The management of the Belize Telecommunications Limited (BTL) has set a serious precedent by firing a lead negotiator for the Belize Communication Workers Union (BCWU) while the two parties were engaged in Government-mediated talks over the termination of three other workers at the end of January.
Now, the BCWU’s general secretary, Christine Perriott, is the fourth union member to be fired from BTL within a month.
Perriott, who after 17 years at BTL was employed as an Internet technician, told Amandala today that it is a clear act of union-busting. She said that she had been threatened about her job because of her union activities, and after having filed two grievance complaints with BTL’s executive committee, the company presented her with a terse termination letter, telling her simply that her services are no longer needed.
But before Perriott got the letter, BTL’s Human Resources manager, Martha Molina, who signed the letter, called Mrs. Perriott into a meeting and told her that she was being let go because the communications between her and the company had severely broken down.
Perriott was the union’s main spokesperson, and the wife of BCWU president, Paul Perriott.
Today we were unable to speak with Molina when we called her at BTL and she told us to “go through PR.”
This evening Acting Labor Commissioner, Adelfino Vasquez, said this is the first time a lead negotiator has been fired in the middle of discussions to settle a union-management dispute.
“Because of the firing of Mrs. Perriott, we cannot see how we can ask them to go back to the negotiating table to reach an amicable solution when one party has been aggrieved,” he added.
Vasquez said that the findings of the arbitration tribunal are legal and binding. The Labor Department is now waiting for the parties to recommend who will sit for them on the tribunal. The tribunal will have 21 days after it is set up to report their findings to the Minister. Until then, all industrial actions, including the go slow, would have to cease, Vasquez said.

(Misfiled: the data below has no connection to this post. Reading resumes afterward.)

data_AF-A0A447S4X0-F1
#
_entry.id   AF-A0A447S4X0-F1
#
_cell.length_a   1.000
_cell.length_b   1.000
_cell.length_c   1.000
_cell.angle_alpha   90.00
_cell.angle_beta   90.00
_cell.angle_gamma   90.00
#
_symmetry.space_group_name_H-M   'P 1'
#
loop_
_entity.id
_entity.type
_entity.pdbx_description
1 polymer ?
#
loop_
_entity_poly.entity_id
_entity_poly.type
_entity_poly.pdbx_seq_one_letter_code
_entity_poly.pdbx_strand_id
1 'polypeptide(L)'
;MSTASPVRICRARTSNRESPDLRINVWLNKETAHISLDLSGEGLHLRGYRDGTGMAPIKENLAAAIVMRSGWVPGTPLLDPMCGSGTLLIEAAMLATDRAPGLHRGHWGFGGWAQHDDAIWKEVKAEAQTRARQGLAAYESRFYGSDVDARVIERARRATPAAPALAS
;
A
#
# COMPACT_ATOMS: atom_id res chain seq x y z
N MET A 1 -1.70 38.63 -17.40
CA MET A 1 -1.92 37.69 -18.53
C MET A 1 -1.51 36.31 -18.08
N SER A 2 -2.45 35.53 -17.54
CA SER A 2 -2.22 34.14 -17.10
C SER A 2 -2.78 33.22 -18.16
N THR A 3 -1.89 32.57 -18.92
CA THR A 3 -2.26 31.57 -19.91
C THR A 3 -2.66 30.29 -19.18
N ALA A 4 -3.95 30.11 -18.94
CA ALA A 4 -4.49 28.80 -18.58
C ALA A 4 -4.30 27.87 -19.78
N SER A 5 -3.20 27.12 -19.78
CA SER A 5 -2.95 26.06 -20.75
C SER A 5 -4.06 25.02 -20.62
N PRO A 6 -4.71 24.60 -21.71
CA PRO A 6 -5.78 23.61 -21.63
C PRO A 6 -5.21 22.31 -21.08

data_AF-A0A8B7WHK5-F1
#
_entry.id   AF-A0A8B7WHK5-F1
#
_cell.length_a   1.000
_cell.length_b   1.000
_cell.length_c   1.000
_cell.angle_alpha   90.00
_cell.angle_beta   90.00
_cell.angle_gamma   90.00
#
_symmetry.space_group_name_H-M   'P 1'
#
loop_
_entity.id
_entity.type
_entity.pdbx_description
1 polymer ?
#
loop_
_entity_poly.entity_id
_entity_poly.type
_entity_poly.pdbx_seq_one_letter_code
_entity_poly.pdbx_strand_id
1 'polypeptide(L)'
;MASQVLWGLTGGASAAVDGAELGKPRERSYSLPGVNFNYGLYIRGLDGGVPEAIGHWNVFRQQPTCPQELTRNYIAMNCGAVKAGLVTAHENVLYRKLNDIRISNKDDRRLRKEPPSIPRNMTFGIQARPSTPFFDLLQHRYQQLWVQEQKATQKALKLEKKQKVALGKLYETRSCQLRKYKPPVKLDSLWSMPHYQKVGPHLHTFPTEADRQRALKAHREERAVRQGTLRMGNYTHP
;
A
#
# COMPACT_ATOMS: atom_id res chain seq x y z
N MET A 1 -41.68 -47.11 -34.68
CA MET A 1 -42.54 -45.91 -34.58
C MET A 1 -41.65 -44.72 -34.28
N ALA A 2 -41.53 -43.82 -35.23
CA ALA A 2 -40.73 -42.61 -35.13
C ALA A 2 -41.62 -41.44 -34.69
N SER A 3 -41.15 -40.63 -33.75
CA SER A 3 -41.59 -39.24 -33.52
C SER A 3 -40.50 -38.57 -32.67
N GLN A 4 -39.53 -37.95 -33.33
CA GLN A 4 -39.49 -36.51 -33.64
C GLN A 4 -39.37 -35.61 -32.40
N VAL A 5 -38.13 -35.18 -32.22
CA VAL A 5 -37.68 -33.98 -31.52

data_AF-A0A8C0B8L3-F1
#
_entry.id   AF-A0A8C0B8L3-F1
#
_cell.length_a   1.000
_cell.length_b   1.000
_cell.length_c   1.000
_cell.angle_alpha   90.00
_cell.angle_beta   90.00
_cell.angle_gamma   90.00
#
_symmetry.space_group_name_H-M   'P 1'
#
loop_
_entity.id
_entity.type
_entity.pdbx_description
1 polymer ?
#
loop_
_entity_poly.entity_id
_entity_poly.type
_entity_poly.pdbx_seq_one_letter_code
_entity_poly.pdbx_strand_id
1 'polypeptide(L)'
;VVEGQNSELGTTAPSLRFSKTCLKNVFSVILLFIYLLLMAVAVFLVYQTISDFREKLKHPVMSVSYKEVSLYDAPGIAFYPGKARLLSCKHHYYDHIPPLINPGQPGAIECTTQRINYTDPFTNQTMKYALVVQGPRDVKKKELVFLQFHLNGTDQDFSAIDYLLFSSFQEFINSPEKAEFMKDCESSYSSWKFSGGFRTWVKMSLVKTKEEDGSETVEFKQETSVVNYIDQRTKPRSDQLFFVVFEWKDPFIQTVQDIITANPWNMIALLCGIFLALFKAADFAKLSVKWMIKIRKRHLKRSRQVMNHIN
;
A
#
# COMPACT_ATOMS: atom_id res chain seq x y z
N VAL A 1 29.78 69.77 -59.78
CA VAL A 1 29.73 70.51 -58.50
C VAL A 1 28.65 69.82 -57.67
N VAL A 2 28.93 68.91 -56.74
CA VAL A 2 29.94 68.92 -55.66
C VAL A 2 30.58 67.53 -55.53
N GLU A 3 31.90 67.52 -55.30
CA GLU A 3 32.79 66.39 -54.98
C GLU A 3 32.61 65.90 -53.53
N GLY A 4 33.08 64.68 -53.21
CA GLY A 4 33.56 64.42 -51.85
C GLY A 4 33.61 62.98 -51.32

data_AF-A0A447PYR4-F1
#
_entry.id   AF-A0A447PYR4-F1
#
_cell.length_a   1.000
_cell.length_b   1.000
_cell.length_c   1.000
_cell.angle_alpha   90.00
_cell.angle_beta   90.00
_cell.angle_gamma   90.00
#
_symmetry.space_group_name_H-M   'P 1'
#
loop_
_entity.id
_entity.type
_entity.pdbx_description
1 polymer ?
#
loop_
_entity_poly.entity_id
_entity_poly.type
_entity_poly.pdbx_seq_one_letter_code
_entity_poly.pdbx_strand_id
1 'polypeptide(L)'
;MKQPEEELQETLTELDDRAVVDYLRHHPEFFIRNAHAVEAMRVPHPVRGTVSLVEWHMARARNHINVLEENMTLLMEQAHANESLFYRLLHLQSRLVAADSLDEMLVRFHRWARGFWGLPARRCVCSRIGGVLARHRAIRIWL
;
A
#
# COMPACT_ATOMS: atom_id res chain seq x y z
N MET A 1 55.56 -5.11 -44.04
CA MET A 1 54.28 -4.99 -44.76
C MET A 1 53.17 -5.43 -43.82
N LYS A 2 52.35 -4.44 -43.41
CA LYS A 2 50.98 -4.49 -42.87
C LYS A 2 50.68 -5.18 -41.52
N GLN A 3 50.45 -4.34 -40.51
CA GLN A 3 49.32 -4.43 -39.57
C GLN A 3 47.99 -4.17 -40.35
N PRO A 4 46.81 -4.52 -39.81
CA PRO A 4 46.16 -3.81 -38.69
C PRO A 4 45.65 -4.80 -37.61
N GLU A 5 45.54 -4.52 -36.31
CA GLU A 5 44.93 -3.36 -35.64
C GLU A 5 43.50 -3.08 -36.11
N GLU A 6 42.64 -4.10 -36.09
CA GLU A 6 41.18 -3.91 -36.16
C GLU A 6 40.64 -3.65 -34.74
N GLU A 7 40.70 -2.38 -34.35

The union’s 21-day strike notice was due to expire this weekend, and take effect on Monday, March 5. But Vasquez said that with a tribunal in place, strike action would have to be stalled.
But apart from going the route of the binding tribunal, said Vasquez, the law also allows the union to sue the company if it feels it has a case of union busting on its hands. He added that Perriott could also file a case in the Supreme Court if she believes her constitutional rights have been violated.
Today, Perriott told us that she will do just that, because she believes that her rights to freedom of association and freedom of expression have been violated. Beyond that, she said that she would continue to serve as BCWU’s general secretary and will continue to fight for the rights of BTL workers.
We note that in 2005 – amid a fiery dispute between BTL and the BCWU – BTL also got rid of one of the union’s leading activists – Dale Trujeque, then a middle-level management employee in HR, after he was accused of inciting trouble for BTL.
Another mid-level management employee who had been visibly supporting the union, Mark Usher, left BTL because he expected a termination. Most recently, Dr. Sharmayne Saunders was served her termination after she wrote a strong letter to management on an issue that she was concerned about.